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Executing DBCC for SQL Server Analysis Services 2016

In the upcoming release of SQL Server Analysis Services 2016, one of the new features you’ll see is the ability to perform a database consistency check against your SSAS cubes and Tabular models. Just like in the database engine side of things, DBCC for SSAS checks for corruption across the entire database or individual objects within the database.

The DBCC command is shaped likes the XMLA Process command so there’s not a lot of complexity to it. Below here, you can see the basic syntax for the SSAS DBCC command. Its worthing noting that the syntax of the command will look the same whether you’re running it against an SSAS multidimensional database or Tabular model.

"http://schemas.microsoft.com/analysisservices/2003/engine">
    <Object>
        
        
        
        
    Object>

To run the DBCC command, just open a new MDX query window and use the code seen above. Enter in the IDs of your Database, cube, measure and/or partition.

When you’re running the DBCC command against a Tabular model, there are a couple things I’d like to point out.

In the element for the CubeID, you’ll need to specify the ID of the Model. And in the element for the MeasureGroupID, specify the ID for the table you want to check.

DBCC XMLA command for SSAS

If you want to check the whole database or model for consistency, simply remove the elements the lower elements. For example, if I wanted to check the whole model, I just would leave out the elements for MeasureGroupID and PartitionID.

To find the MeasureGroupID (Table ID) or PartitionID in a Tabular model, just navigate to the Properties for that object.

Find the SSAS Tabular MeasureGroup ID or Table ID

To find the Partition ID in a Tabular model, right click the table and select Partitions. Then highlight the partition you want to check and click the Settings icon.

Find the SSAS Tabular partition ID

If you run SQL Server Profiler against SSAS while executing the DBCC command, you can see the individual checking of the columns, tables, database and more.

SSAS Tabular Profiler trace DBCC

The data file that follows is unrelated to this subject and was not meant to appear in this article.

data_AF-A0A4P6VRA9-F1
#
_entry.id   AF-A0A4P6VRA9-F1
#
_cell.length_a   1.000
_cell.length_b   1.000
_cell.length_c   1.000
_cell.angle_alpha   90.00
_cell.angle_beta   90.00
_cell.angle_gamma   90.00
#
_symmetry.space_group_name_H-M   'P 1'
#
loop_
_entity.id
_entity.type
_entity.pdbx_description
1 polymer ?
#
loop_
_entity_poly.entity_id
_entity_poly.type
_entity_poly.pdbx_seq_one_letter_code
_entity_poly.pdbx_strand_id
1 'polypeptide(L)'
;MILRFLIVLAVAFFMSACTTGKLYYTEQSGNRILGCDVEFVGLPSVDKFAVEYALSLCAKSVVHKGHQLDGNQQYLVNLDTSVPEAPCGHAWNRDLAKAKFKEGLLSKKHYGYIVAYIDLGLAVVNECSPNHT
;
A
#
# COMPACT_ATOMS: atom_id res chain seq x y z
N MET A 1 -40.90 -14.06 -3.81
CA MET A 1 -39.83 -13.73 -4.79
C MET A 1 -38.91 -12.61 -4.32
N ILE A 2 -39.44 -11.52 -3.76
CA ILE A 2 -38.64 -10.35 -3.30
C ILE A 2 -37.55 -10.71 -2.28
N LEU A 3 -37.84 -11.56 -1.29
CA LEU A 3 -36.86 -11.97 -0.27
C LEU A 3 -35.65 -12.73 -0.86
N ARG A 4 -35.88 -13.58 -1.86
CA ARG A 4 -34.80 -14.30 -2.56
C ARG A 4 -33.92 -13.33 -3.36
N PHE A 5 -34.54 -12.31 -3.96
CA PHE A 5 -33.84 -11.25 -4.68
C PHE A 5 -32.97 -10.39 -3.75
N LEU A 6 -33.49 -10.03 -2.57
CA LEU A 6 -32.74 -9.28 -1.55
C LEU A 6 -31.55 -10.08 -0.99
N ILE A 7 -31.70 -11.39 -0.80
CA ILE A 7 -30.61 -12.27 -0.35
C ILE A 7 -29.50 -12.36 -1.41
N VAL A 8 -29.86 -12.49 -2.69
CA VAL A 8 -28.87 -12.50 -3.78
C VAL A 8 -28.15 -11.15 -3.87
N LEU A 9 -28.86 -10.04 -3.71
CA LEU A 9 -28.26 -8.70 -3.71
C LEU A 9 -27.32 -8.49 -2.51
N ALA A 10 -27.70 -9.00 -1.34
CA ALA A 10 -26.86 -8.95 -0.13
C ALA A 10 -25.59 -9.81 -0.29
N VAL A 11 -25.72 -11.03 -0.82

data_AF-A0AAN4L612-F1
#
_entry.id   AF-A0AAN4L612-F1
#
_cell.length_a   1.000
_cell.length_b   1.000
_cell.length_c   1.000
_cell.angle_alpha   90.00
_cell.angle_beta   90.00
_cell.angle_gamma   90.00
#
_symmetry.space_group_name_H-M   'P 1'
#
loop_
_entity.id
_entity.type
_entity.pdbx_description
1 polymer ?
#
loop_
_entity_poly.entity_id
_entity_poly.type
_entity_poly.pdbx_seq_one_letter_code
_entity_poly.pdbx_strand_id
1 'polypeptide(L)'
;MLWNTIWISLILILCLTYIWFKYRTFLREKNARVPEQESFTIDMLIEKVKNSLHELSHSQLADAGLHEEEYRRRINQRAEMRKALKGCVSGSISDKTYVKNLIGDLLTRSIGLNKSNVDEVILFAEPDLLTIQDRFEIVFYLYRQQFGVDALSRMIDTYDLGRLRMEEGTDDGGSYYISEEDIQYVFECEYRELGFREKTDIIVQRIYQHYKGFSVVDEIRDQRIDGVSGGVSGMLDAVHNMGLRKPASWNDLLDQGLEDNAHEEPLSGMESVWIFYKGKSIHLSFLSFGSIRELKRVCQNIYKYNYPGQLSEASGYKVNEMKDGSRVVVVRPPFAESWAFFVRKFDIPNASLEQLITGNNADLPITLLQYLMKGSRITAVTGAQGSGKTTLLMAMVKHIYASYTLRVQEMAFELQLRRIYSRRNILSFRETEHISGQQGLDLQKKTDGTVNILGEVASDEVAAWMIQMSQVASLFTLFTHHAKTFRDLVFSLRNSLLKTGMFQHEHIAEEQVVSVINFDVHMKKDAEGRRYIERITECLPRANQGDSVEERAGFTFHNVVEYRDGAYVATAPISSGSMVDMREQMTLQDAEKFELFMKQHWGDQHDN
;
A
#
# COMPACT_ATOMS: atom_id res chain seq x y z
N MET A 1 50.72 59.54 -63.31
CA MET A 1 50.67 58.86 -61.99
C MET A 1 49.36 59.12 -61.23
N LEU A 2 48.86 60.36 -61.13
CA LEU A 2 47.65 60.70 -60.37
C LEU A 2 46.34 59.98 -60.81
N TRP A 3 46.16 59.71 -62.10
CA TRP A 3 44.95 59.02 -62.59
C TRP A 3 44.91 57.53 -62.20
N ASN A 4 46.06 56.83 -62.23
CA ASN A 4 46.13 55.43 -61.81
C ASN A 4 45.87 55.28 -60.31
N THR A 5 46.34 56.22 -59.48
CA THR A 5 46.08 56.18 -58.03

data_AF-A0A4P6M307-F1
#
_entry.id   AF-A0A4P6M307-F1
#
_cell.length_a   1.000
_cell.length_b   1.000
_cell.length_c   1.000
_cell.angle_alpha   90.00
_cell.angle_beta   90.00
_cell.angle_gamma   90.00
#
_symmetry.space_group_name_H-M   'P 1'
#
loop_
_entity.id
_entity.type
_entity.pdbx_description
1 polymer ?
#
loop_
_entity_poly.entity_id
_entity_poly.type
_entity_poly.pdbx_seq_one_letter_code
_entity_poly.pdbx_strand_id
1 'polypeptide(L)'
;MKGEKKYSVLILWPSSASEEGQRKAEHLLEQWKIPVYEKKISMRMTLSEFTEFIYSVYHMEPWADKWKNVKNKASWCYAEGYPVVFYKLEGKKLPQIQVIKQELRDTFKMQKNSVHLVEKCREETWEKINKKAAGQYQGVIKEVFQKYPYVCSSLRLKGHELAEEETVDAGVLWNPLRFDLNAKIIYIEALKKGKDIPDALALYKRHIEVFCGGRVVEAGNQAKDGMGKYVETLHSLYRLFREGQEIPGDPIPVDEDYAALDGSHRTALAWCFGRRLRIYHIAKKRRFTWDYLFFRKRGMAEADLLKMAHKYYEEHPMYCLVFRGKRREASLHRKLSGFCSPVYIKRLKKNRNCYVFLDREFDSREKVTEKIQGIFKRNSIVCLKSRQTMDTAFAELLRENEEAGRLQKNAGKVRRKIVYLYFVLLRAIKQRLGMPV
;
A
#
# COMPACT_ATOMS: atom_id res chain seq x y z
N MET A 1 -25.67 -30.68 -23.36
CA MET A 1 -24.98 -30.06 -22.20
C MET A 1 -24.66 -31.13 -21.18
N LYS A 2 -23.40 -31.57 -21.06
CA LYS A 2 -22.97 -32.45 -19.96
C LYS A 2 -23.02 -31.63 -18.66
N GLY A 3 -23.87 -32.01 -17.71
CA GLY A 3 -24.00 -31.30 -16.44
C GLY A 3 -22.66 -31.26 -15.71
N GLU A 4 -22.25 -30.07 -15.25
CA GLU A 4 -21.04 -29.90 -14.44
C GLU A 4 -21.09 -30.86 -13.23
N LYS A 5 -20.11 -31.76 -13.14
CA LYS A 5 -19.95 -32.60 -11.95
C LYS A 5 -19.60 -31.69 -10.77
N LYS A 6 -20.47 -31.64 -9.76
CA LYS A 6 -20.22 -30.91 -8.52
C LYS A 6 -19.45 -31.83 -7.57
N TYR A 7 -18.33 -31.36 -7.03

I also ran a trace against my SSAS 2016 OLAP instance to watch each segment of

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Task Factory: File Properties Task

  • 3 September 2011
  • Author: briankmcdonald
  • Number of views: 175
  • 0 Comments

Task Factory is a software product created by Pragmatic Works. It provides many custom SSIS components which help developers creating SSIS packages become more efficient. And as we all know, when we are more efficient, we are more productive. In this nugget, I’m going to show you how to use the File Properties task to check to see if a file exists before attempting to load it into a SQL Server database.

Here are the key features and details from PragmaticWorks.com about this task:

Reads the properties of any file and stores property in variable. Many companies receive large data files from outside their organizations and run the risk of loading the file prematurely during transmission causing an SSIS failure. Our File Properties Task gives you the power to eliminate this problem by determining if the file is in use or transmitted before loading. The File Properties Task additionally saves drive space by identifying old files ready for archive.

  • Used to read the properties of an existing file.
  • Will read the properties like File Exists, File Size, File Name, File Content, Creation Time, Is File In Use, Hidden, ReadOnly and assign them to SSIS package level variables
  • Easy to use User Interface

More Videos in this Series:

And if you don’t already, please be sure to follow me on twitter at @briankmcdonald. Also note that you can subscribe to an RSS feed of my blogs or find me on LinkedIn, SQLBIGeek, SQLServerCentral or SQLServerPedia.

 



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